CALIFORNIA CONSUMER PRIVACY ACT
The California Consumer Privacy Act (CCPA) is a California state law that enhances privacy rights and consumer protections for California residents. The CCPA regulates what businesses can do with the personal information they collect and is considered landmark legislation on data protection because of its strict guidelines. Under the CCPA, California residents have the following rights.
- Know what personal information is being collected about them.
- Access personal information that has been collected about them.
- Request the deletion of their personal information, subject to certain restrictions.
- Prevent the sharing or sale of their personal information to third parties.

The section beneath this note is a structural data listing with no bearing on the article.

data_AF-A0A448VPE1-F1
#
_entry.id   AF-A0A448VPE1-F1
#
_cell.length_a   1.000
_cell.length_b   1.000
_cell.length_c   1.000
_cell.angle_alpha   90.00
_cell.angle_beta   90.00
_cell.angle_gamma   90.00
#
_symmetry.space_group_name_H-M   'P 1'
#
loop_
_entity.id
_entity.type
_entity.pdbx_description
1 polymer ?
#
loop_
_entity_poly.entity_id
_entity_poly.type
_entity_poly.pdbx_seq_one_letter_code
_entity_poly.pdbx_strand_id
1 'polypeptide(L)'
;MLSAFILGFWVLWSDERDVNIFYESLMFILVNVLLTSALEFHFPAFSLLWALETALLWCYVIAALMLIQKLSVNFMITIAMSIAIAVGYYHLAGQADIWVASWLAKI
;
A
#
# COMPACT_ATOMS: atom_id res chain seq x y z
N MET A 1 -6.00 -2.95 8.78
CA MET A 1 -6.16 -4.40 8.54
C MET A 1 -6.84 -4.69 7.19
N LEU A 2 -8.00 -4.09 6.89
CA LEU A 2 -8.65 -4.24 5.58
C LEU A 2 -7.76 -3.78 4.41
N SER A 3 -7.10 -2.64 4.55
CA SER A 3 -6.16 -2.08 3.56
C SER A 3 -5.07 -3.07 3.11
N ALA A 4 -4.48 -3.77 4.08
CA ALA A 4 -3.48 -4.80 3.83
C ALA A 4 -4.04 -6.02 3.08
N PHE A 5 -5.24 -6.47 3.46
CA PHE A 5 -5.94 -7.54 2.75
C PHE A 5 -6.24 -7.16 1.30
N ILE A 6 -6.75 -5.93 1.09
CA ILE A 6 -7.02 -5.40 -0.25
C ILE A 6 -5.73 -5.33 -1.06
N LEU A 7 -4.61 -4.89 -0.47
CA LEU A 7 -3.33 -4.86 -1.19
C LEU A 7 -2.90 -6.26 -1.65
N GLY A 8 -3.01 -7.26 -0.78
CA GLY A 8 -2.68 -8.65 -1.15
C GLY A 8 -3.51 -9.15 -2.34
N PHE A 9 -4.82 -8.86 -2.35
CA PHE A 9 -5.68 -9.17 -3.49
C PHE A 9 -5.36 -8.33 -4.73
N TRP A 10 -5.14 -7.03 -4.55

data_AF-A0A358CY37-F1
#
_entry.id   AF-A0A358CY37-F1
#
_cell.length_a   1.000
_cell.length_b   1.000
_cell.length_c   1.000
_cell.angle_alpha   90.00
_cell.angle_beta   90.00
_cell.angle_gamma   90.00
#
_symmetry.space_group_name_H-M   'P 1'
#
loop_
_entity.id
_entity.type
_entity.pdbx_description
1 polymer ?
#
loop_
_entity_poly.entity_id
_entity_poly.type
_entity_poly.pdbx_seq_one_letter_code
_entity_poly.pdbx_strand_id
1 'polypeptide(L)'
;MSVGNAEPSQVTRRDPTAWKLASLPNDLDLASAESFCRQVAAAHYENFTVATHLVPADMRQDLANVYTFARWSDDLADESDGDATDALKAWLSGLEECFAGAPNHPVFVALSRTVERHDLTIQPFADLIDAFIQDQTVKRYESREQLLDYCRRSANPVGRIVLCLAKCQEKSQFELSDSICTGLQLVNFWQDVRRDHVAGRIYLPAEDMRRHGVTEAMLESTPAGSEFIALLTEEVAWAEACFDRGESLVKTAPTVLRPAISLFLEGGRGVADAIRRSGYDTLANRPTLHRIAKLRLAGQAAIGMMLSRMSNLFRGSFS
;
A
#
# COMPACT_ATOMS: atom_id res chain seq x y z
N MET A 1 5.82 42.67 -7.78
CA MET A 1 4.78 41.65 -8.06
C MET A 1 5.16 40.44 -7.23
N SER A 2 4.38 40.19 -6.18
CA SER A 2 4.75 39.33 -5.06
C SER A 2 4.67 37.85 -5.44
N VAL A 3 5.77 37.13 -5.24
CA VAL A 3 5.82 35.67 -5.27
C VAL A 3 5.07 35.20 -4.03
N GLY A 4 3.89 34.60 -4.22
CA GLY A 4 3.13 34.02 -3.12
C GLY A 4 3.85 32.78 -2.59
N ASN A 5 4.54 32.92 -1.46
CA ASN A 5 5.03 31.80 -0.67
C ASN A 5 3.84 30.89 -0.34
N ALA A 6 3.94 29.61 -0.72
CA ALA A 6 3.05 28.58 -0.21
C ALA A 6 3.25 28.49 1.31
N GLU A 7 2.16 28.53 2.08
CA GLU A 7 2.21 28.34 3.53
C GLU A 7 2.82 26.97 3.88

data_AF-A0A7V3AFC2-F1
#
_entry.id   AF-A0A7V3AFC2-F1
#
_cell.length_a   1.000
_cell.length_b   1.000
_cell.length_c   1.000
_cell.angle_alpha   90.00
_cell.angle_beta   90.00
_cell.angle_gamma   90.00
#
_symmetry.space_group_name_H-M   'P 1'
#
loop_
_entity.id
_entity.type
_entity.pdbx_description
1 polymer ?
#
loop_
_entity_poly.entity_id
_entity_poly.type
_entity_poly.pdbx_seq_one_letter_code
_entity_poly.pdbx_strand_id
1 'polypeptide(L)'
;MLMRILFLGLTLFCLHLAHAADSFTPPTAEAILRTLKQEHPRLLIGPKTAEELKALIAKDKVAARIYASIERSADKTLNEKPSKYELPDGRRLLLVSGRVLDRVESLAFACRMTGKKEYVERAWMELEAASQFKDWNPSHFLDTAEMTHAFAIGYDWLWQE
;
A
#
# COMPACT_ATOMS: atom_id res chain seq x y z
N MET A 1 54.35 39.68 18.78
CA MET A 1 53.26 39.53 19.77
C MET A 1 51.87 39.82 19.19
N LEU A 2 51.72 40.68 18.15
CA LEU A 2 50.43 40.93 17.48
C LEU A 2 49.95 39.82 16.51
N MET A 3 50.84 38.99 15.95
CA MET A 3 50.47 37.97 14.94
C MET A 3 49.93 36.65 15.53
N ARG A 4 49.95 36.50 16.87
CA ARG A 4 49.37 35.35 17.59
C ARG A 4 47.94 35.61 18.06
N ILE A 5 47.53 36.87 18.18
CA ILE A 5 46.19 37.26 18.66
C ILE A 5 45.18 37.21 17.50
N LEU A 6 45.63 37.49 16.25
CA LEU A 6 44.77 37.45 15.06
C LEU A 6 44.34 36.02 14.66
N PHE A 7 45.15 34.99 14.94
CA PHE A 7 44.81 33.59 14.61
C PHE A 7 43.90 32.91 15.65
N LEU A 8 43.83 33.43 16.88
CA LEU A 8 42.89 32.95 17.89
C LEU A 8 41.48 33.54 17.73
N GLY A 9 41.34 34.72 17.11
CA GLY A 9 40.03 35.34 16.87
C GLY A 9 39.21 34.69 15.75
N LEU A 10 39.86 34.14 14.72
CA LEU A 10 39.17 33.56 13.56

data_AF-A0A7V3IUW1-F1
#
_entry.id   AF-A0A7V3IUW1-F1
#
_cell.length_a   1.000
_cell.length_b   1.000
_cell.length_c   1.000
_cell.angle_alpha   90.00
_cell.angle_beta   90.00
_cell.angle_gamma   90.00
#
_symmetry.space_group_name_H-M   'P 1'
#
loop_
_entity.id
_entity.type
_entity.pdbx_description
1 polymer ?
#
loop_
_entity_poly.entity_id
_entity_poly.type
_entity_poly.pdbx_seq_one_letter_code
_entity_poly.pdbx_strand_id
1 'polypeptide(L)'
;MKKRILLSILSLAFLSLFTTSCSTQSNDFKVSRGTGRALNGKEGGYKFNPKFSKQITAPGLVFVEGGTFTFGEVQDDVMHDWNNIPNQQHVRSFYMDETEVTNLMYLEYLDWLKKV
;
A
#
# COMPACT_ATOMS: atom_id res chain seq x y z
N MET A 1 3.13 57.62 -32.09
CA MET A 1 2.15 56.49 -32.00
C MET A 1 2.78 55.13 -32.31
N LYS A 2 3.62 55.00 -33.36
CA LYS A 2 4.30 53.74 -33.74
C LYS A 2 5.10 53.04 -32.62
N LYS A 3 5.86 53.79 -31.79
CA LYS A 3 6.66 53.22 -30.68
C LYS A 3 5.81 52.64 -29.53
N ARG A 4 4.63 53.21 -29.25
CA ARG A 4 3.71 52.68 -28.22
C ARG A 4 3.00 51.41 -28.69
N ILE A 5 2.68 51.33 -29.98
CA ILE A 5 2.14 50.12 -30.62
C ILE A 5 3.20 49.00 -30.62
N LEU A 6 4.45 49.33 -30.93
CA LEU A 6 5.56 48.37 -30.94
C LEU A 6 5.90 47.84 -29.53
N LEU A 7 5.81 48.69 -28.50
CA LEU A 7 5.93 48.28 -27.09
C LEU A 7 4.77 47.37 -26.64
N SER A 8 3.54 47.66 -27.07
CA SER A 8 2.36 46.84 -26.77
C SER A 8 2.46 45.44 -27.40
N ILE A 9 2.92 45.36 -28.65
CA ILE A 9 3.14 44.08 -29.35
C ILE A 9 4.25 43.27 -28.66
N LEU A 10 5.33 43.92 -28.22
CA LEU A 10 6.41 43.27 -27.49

- Sue or join class-action suits against erring businesses.
- Receive equal service and price even if they exercise privacy rights.
As CCPA covers only businesses and any for-profit entities that conduct business in California, collect personal data of California residents, and satisfy at least one of the following conditions:
- Generates more than US$25 million in gross revenues
- Possesses personal information of more than 50,000 California consumers, households, or devices
- Generates more than 50% of annual revenues from selling the personal information of California residents
Bank Employee Applicability: The CCPA is also applicable to employment-related information. The purpose for which the Bank collects personal information about its own employees does not qualify as a “consumer” purpose under the Gramm-Leach-Bliley Act (“GLBA”) or California Financial Information Privacy Act (“CFIPA”). As such, employment information is not exempt from the CCPA.
The CCPA disclosure is provided to applicable customers at the time of deposit account opening, loan application, upon request and via the Bank’s website. The CCPA disclosure is provided to new employees at the time of hiring (on-boarding).
California Consumer Privacy Act Disclosure